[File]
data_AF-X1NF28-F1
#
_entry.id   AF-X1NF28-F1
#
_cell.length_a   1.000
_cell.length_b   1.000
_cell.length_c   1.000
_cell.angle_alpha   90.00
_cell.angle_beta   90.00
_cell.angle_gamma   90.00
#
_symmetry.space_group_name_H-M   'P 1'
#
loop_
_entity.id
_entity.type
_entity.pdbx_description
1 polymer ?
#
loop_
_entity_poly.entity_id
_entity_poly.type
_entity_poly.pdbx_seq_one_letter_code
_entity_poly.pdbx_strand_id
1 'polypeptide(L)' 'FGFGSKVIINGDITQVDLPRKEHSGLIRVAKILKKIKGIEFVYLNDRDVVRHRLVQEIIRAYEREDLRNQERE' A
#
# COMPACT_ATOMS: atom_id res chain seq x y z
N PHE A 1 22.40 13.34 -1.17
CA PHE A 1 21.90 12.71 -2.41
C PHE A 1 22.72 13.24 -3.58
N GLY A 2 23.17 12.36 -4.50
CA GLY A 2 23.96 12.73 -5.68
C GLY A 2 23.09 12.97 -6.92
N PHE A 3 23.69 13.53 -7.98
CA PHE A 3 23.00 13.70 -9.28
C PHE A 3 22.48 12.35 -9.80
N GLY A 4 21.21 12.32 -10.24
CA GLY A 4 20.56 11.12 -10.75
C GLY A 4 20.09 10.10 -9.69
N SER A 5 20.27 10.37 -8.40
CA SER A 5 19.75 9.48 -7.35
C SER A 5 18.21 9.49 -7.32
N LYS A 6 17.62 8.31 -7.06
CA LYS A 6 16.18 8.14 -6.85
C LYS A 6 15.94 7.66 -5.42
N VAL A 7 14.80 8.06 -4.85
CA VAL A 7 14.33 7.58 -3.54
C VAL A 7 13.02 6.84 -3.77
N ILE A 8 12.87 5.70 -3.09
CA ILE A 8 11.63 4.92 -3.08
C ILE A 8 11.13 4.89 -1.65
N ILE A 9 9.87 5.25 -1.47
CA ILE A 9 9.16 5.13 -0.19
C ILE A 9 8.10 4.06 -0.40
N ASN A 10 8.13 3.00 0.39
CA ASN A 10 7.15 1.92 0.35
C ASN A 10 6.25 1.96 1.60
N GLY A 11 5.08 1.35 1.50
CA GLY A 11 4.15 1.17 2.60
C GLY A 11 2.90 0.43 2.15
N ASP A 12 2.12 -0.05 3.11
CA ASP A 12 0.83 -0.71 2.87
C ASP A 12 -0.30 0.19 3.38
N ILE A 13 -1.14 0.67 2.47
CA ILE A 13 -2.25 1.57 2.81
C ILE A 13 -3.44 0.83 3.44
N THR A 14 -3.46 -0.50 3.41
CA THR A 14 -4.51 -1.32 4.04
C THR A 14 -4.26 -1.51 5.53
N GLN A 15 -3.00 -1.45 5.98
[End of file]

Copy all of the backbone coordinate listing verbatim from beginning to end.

data_AF-X1NF28-F1
#
_entry.id   AF-X1NF28-F1
#
_cell.length_a   1.000
_cell.length_b   1.000
_cell.length_c   1.000
_cell.angle_alpha   90.00
_cell.angle_beta   90.00
_cell.angle_gamma   90.00
#
_symmetry.space_group_name_H-M   'P 1'
#
loop_
_entity.id
_entity.type
_entity.pdbx_description
1 polymer ?
#
loop_
_entity_poly.entity_id
_entity_poly.type
_entity_poly.pdbx_seq_one_letter_code
_entity_poly.pdbx_strand_id
1 'polypeptide(L)' 'FGFGSKVIINGDITQVDLPRKEHSGLIRVAKILKKIKGIEFVYLNDRDVVRHRLVQEIIRAYEREDLRNQERE' A
#
# COMPACT_ATOMS: atom_id res chain seq x y z
N PHE A 1 22.40 13.34 -1.17
CA PHE A 1 21.90 12.71 -2.41
C PHE A 1 22.72 13.24 -3.58
N GLY A 2 23.17 12.36 -4.50
CA GLY A 2 23.96 12.73 -5.68
C GLY A 2 23.09 12.97 -6.92
N PHE A 3 23.69 13.53 -7.98
CA PHE A 3 23.00 13.70 -9.28
C PHE A 3 22.48 12.35 -9.80
N GLY A 4 21.21 12.32 -10.24
CA GLY A 4 20.56 11.12 -10.75
C GLY A 4 20.09 10.10 -9.69
N SER A 5 20.27 10.37 -8.40
CA SER A 5 19.75 9.48 -7.35
C SER A 5 18.21 9.49 -7.32
N LYS A 6 17.62 8.31 -7.06
CA LYS A 6 16.18 8.14 -6.85
C LYS A 6 15.94 7.66 -5.42
N VAL A 7 14.80 8.06 -4.85
CA VAL A 7 14.33 7.58 -3.54
C VAL A 7 13.02 6.84 -3.77
N ILE A 8 12.87 5.70 -3.09
CA ILE A 8 11.63 4.92 -3.08
C ILE A 8 11.13 4.89 -1.65
N ILE A 9 9.87 5.25 -1.47
CA ILE A 9 9.16 5.13 -0.19
C ILE A 9 8.10 4.06 -0.40
N ASN A 10 8.13 3.00 0.39
CA ASN A 10 7.15 1.92 0.35
C ASN A 10 6.25 1.96 1.60
N GLY A 11 5.08 1.35 1.50
CA GLY A 11 4.15 1.17 2.60
C GLY A 11 2.90 0.43 2.15
N ASP A 12 2.12 -0.05 3.11
CA ASP A 12 0.83 -0.71 2.87
C ASP A 12 -0.30 0.19 3.38
N ILE A 13 -1.14 0.67 2.47
CA ILE A 13 -2.25 1.57 2.81
C ILE A 13 -3.44 0.83 3.44
N THR A 14 -3.46 -0.50 3.41
CA THR A 14 -4.51 -1.32 4.04
C THR A 14 -4.26 -1.51 5.53
N GLN A 15 -3.00 -1.45 5.98